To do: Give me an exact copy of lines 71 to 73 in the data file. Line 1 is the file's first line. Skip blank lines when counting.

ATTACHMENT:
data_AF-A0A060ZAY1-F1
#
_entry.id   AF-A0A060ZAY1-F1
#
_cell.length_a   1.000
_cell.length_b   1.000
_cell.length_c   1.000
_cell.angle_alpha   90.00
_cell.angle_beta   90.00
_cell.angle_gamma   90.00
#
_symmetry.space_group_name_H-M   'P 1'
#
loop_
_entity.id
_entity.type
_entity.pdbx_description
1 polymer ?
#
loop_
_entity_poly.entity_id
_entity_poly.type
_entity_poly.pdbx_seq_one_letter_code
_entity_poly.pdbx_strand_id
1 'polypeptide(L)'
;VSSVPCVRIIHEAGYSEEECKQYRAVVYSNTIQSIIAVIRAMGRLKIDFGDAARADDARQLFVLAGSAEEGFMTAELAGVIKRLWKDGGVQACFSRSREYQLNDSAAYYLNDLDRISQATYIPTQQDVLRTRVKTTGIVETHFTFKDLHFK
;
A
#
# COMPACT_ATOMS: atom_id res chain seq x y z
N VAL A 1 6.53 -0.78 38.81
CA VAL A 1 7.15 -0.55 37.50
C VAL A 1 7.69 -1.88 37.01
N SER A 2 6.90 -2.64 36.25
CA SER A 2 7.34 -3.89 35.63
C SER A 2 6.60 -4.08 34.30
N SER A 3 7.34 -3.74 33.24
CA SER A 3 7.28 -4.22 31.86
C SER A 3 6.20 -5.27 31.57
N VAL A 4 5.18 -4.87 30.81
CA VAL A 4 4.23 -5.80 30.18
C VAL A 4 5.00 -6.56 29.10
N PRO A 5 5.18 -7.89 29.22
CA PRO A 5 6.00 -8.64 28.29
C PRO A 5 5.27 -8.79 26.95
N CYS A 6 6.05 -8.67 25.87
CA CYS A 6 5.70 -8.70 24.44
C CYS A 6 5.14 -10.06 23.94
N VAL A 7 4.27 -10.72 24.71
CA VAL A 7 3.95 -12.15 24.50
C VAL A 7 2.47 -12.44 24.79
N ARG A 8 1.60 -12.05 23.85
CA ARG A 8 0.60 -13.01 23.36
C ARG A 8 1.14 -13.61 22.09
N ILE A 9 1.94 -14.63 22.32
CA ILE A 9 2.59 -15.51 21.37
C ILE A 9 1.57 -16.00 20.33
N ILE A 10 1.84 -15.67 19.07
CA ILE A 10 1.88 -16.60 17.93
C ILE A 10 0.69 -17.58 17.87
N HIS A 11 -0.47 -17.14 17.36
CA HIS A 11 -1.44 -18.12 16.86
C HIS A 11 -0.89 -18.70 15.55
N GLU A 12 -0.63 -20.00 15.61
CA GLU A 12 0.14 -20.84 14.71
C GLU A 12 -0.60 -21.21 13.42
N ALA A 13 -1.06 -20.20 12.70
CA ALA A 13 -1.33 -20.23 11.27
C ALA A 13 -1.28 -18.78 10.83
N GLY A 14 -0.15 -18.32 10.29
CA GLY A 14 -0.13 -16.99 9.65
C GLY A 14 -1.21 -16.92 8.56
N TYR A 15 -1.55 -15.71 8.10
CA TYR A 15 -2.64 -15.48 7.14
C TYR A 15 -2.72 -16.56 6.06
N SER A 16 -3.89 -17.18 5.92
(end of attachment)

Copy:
CA GLY A 14 -0.13 -16.99 9.65
C GLY A 14 -1.21 -16.92 8.56
N TYR A 15 -1.55 -15.71 8.10